Let’s start with wall thickness. A key to consistent bullet release upon firing is even neck tension. One of the best ways to achieve this (along with careful brass preparation) is to start with as even a wall thickness as possible. My measurements have indicated that Peterson runs right at .015” neck wall with minimal variation. This dimension works well across my platforms. If you decide to turn the necks for specific applications, there is plenty of brass to work with.
Case expansion is inevitable, and one of the first places it is observed is the primer pocket. For me there is nothing more frustrating than preparing brass only to find an oversized primer pocket near the end of the reloading process. A strong case head, leads to more reloads with the same brass. To date I have Peterson cases that are approaching 10 firings with no issues of loose primers. Starting with strong brass and following safe loading procedures help me increase the life of my brass.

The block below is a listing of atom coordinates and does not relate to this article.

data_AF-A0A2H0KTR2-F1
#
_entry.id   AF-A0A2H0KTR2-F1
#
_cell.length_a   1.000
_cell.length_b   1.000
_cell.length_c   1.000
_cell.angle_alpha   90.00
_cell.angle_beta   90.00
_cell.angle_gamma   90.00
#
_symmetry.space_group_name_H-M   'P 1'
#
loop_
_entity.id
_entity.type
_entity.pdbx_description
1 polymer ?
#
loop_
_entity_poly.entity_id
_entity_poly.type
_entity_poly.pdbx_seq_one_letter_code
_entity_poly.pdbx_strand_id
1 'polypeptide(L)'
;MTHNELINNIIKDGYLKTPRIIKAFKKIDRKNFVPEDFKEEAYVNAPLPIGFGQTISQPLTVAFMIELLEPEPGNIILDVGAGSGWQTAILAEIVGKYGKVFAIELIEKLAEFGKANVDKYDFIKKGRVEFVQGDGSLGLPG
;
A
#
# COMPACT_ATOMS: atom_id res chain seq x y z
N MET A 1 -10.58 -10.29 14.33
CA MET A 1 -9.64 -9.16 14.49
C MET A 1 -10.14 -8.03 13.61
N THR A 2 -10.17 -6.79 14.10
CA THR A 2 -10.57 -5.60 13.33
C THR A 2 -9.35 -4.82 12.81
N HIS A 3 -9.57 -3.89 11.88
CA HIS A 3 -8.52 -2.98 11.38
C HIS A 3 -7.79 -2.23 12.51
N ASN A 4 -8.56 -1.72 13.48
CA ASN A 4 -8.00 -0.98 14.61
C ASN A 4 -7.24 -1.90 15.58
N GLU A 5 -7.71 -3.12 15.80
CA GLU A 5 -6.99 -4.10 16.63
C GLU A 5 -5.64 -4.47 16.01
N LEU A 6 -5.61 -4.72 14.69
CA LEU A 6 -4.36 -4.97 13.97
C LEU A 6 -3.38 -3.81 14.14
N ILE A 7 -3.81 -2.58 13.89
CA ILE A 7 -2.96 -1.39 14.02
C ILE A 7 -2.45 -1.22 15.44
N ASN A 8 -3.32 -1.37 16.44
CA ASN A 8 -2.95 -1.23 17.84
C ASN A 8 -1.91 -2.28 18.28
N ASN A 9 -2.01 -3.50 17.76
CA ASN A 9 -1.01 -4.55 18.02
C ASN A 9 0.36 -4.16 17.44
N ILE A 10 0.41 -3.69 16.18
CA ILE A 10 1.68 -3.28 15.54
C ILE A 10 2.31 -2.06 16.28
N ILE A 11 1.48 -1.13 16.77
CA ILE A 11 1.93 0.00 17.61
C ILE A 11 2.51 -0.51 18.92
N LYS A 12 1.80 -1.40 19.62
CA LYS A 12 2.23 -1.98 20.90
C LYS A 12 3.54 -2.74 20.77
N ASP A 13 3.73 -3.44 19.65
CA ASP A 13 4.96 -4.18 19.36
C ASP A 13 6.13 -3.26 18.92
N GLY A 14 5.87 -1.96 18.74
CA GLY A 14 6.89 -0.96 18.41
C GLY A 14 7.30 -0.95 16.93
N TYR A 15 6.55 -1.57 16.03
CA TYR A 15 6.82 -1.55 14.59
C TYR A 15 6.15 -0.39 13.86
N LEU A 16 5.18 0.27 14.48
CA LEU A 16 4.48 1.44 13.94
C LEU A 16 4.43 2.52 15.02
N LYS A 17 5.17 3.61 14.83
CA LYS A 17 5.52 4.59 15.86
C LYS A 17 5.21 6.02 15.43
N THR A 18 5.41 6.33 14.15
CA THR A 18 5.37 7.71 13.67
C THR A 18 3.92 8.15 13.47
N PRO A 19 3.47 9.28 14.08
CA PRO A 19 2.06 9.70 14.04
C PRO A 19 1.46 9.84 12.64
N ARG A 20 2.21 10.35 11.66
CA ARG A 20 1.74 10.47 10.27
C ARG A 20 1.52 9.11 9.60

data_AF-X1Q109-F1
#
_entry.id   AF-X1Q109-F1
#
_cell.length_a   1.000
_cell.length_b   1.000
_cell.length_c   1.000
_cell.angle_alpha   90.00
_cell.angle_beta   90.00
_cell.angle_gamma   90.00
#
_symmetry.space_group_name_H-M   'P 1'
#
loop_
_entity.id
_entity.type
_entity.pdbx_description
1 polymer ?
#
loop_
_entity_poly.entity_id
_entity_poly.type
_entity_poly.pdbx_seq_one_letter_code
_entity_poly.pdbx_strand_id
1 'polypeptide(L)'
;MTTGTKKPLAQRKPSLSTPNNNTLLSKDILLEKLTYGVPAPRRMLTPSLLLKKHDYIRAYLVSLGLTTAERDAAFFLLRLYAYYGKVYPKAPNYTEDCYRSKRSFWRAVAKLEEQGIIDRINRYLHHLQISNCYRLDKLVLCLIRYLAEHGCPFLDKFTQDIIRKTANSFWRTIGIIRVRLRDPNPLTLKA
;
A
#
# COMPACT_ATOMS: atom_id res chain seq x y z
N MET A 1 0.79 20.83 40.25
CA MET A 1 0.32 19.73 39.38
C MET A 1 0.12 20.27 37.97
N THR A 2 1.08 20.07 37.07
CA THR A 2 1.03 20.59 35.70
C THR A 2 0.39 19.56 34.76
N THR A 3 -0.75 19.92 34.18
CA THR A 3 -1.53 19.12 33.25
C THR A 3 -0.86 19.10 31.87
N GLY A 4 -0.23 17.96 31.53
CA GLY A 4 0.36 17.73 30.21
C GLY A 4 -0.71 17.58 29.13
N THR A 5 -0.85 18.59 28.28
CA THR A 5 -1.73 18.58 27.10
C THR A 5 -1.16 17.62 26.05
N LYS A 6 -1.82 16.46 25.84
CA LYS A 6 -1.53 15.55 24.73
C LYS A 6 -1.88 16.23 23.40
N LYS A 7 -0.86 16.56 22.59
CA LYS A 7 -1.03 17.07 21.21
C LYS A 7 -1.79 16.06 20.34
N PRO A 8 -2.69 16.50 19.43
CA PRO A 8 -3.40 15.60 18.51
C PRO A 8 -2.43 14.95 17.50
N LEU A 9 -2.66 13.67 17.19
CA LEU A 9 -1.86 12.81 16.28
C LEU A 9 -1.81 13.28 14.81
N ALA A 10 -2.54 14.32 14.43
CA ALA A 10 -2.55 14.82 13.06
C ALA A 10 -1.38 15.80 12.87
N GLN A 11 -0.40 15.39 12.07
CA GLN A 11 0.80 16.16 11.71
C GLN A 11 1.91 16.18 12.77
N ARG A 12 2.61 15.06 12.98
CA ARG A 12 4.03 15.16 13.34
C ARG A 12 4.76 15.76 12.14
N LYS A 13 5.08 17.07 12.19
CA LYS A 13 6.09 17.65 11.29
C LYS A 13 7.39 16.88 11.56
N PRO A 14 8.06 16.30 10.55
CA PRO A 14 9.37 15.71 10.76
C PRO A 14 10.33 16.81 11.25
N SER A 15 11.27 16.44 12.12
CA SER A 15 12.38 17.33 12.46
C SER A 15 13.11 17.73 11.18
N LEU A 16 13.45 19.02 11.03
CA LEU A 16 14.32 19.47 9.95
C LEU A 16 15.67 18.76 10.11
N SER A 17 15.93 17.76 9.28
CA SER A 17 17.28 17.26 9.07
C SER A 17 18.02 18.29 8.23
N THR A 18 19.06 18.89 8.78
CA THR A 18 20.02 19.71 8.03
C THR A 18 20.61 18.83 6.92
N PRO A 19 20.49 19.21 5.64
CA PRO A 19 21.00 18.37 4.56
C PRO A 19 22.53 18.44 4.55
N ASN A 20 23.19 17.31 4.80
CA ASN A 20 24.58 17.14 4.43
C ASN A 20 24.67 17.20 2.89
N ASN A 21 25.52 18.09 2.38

How does it perform? This data is from a recent range test.
- Peterson Match Grade .308
- Federal 210m
- IMR 8208 XBR
- Berger 155.5g Fullbore Bullet
- Velocity 2975 FPS from a 30”– This load produces extreme velocity spreads of <10 FPS for 20 rounds.
- Results 4 of 5 in the same hole at 100 yards.
Stay safe, and we’ll see you on the range.
2013 NYS LR F-Class Champion